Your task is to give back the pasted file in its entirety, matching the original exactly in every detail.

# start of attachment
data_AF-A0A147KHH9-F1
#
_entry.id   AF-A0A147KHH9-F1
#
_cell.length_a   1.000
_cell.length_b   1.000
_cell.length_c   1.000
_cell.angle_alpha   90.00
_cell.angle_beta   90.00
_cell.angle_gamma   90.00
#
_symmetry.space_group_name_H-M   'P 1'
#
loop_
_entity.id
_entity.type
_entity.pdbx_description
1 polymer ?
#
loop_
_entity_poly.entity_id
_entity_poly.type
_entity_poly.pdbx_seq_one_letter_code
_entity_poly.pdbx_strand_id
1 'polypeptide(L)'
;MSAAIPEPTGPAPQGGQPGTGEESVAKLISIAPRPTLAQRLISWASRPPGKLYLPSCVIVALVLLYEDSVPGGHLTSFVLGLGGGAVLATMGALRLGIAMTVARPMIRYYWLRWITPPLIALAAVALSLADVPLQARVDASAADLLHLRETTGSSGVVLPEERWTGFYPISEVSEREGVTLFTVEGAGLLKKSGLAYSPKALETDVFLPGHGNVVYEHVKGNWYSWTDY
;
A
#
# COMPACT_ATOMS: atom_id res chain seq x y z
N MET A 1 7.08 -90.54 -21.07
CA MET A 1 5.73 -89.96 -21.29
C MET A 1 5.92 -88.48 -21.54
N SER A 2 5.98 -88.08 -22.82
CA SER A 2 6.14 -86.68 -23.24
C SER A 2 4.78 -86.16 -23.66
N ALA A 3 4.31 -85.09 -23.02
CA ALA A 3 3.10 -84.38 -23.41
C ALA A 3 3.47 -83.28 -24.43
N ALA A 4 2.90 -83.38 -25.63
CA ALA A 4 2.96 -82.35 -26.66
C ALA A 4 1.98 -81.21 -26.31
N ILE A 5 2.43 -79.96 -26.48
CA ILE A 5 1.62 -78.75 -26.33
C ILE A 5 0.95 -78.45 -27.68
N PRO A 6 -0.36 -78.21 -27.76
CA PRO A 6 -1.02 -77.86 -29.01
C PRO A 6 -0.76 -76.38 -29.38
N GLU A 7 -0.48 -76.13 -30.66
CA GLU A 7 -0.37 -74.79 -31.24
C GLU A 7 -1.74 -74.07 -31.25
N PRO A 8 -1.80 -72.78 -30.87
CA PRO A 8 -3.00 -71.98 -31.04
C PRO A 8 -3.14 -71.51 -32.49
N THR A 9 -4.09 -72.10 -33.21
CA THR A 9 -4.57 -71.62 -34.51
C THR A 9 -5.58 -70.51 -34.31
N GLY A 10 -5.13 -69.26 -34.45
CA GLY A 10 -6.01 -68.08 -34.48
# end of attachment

data_AF-A0A147KHH9-F1
#
_entry.id   AF-A0A147KHH9-F1
#
_cell.length_a   1.000
_cell.length_b   1.000
_cell.length_c   1.000
_cell.angle_alpha   90.00
_cell.angle_beta   90.00
_cell.angle_gamma   90.00
#
_symmetry.space_group_name_H-M   'P 1'
#
loop_
_entity.id
_entity.type
_entity.pdbx_description
1 polymer ?
#
loop_
_entity_poly.entity_id
_entity_poly.type
_entity_poly.pdbx_seq_one_letter_code
_entity_poly.pdbx_strand_id
1 'polypeptide(L)'
;MSAAIPEPTGPAPQGGQPGTGEESVAKLISIAPRPTLAQRLISWASRPPGKLYLPSCVIVALVLLYEDSVPGGHLTSFVLGLGGGAVLATMGALRLGIAMTVARPMIRYYWLRWITPPLIALAAVALSLADVPLQARVDASAADLLHLRETTGSSGVVLPEERWTGFYPISEVSEREGVTLFTVEGAGLLKKSGLAYSPKALETDVFLPGHGNVVYEHVKGNWYSWTDY
;
A
#
# COMPACT_ATOMS: atom_id res chain seq x y z
N MET A 1 7.08 -90.54 -21.07
CA MET A 1 5.73 -89.96 -21.29
C MET A 1 5.92 -88.48 -21.54
N SER A 2 5.98 -88.08 -22.82
CA SER A 2 6.14 -86.68 -23.24
C SER A 2 4.78 -86.16 -23.66
N ALA A 3 4.31 -85.09 -23.02
CA ALA A 3 3.10 -84.38 -23.41
C ALA A 3 3.47 -83.28 -24.43
N ALA A 4 2.90 -83.38 -25.63
CA ALA A 4 2.96 -82.35 -26.66
C ALA A 4 1.98 -81.21 -26.31
N ILE A 5 2.43 -79.96 -26.48
CA ILE A 5 1.62 -78.75 -26.33
C ILE A 5 0.95 -78.45 -27.68
N PRO A 6 -0.36 -78.21 -27.76
CA PRO A 6 -1.02 -77.86 -29.01
C PRO A 6 -0.76 -76.38 -29.38
N GLU A 7 -0.48 -76.13 -30.66
CA GLU A 7 -0.37 -74.79 -31.24
C GLU A 7 -1.74 -74.07 -31.25
N PRO A 8 -1.80 -72.78 -30.87
CA PRO A 8 -3.00 -71.98 -31.04
C PRO A 8 -3.14 -71.51 -32.49
N THR A 9 -4.09 -72.10 -33.21
CA THR A 9 -4.57 -71.62 -34.51
C THR A 9 -5.58 -70.51 -34.31
N GLY A 10 -5.13 -69.26 -34.45
CA GLY A 10 -6.01 -68.08 -34.48